Editors’ Note: Jamie Goodwin introduces her research on the informal giving network of immigration communities at the U.S. Southern border. [Haga clic aquí para la versión en español de este artículo.]
“Our principal thesis is that a river of care rises…and that we must trace its flow through all its branches, including all those hidden yet abundant channels that mean much to those who drink from them, but frequently go unnoticed by others.”
– Paul Schervish and JJ Havens
Angelina’s father took her from her home in Navarrete, Mexico when she was six, then crossed the border into the United States covered by blankets with her and her two-year-old sister in the back of her uncle’s van. Elisa’s family fled Honduras after a gang repeatedly threatened her daughter at school. Raúl ran a small tortilla business until a local gang started banging on his door at night demanding a percentage of the profits. Junior and Makenson, young men, fled the most recent earthquake in Haiti. (Some of the names in this piece have been changed to preserve the privacy of those involved).
Throughout late 2017 and 2018, the sojourners made their way to Tijuana, Mexico. Through quiet exchanges in ‘tianguis’ (pop-up markets), on the beach, or selling trinkets at the border, they met one another and learned of a safe shelter in a small, cinderblock church, Camino de Salvación. Multi-vocational pastor, historian and sociologist Jose Altamirano had not planned on opening an ‘albergue’ (shelter) for immigrants. He simply wanted to continue to provide a safe place for Angelina after years of bouncing from place to place in the U.S. between family members’ homes, eventually resulting in her deportation. She stayed with families in his congregation for several months. Altamirano said that opening the ‘albergue’ taught him more about human interaction than any academic training. Individuals and families continued to arrive, with a surge the week of October 22, 2018. That week Camino de Salvación received seven adults and 13 children more, bringing the total residents of the make-shift shelter to 33, according to a Facebook post. Altamirano has since stated the number of residents has increased to 40.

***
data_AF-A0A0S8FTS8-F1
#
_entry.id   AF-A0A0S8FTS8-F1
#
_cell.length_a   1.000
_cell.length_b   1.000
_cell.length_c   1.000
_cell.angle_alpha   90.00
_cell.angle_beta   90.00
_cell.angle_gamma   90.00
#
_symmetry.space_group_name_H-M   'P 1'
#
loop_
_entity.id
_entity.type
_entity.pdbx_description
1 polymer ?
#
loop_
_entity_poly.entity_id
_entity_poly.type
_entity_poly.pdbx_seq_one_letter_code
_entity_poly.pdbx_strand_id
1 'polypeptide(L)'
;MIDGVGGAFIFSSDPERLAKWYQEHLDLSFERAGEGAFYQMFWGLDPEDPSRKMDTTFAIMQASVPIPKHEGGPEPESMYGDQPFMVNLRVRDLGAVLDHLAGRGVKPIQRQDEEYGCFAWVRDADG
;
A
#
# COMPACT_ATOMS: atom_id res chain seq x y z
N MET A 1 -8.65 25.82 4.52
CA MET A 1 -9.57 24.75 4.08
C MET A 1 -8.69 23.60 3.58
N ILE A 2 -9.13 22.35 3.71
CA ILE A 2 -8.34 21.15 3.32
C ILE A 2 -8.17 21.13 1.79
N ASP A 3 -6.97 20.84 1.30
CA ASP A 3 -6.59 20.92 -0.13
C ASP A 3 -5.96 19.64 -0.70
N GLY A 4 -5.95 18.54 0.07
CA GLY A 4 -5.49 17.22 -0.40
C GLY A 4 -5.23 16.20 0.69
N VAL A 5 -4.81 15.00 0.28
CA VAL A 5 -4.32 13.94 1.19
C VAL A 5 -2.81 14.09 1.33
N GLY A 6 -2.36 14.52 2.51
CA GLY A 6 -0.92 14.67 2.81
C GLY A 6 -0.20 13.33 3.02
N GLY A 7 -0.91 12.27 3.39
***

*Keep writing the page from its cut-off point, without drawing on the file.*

Informal Philanthropy and the Immigrant Crisis
While much has been written regarding foundations, mega-donors, and advocacy groups involved in the current U.S. immigration debate, less is known about the philanthropic networks of the immigrants themselves. My research focuses on examining the philanthropic dimensions of immigration communities at the U.S. Southern border, both in partnership with scholars at Fuller Seminary’s Latino Center and also from the living texts, or experiences of the people in the midst of the crisis. Informal communities create reciprocal networks of helping and being helped. Especially among materially poor, threatened, and migrant communities, informal helping is a primary means of philanthropy. Yet it often falls outside the purview of scholarly attention. For example, at a recent conference on Muslim philanthropy, participants commented that informal helping behaviors were often excluded from research projects that map philanthropy in ethnic and religious communities, a methodology which resulted in activity left uncounted and groups ignored. I want to address this gap through a more expansive knowledge of giving, especially amongst immigrant communities.